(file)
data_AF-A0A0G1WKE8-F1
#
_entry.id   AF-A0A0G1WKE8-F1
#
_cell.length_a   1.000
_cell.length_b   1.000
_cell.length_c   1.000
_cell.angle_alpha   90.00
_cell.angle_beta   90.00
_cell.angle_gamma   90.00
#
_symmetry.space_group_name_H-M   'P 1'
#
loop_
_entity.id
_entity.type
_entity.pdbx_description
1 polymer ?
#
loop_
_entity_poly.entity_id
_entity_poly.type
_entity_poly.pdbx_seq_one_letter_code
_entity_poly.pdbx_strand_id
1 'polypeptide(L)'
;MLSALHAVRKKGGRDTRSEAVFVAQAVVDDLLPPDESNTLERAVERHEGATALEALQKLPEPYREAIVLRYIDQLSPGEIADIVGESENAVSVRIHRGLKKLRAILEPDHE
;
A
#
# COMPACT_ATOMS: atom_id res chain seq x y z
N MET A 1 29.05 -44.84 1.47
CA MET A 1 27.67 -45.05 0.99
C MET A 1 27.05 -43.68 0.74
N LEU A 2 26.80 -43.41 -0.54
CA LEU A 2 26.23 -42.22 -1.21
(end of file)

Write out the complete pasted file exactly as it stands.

data_AF-A0A0G1WKE8-F1
#
_entry.id   AF-A0A0G1WKE8-F1
#
_cell.length_a   1.000
_cell.length_b   1.000
_cell.length_c   1.000
_cell.angle_alpha   90.00
_cell.angle_beta   90.00
_cell.angle_gamma   90.00
#
_symmetry.space_group_name_H-M   'P 1'
#
loop_
_entity.id
_entity.type
_entity.pdbx_description
1 polymer ?
#
loop_
_entity_poly.entity_id
_entity_poly.type
_entity_poly.pdbx_seq_one_letter_code
_entity_poly.pdbx_strand_id
1 'polypeptide(L)'
;MLSALHAVRKKGGRDTRSEAVFVAQAVVDDLLPPDESNTLERAVERHEGATALEALQKLPEPYREAIVLRYIDQLSPGEIADIVGESENAVSVRIHRGLKKLRAILEPDHE
;
A
#
# COMPACT_ATOMS: atom_id res chain seq x y z
N MET A 1 29.05 -44.84 1.47
CA MET A 1 27.67 -45.05 0.99
C MET A 1 27.05 -43.68 0.74
N LEU A 2 26.80 -43.41 -0.54
CA LEU A 2 26.23 -42.22 -1.21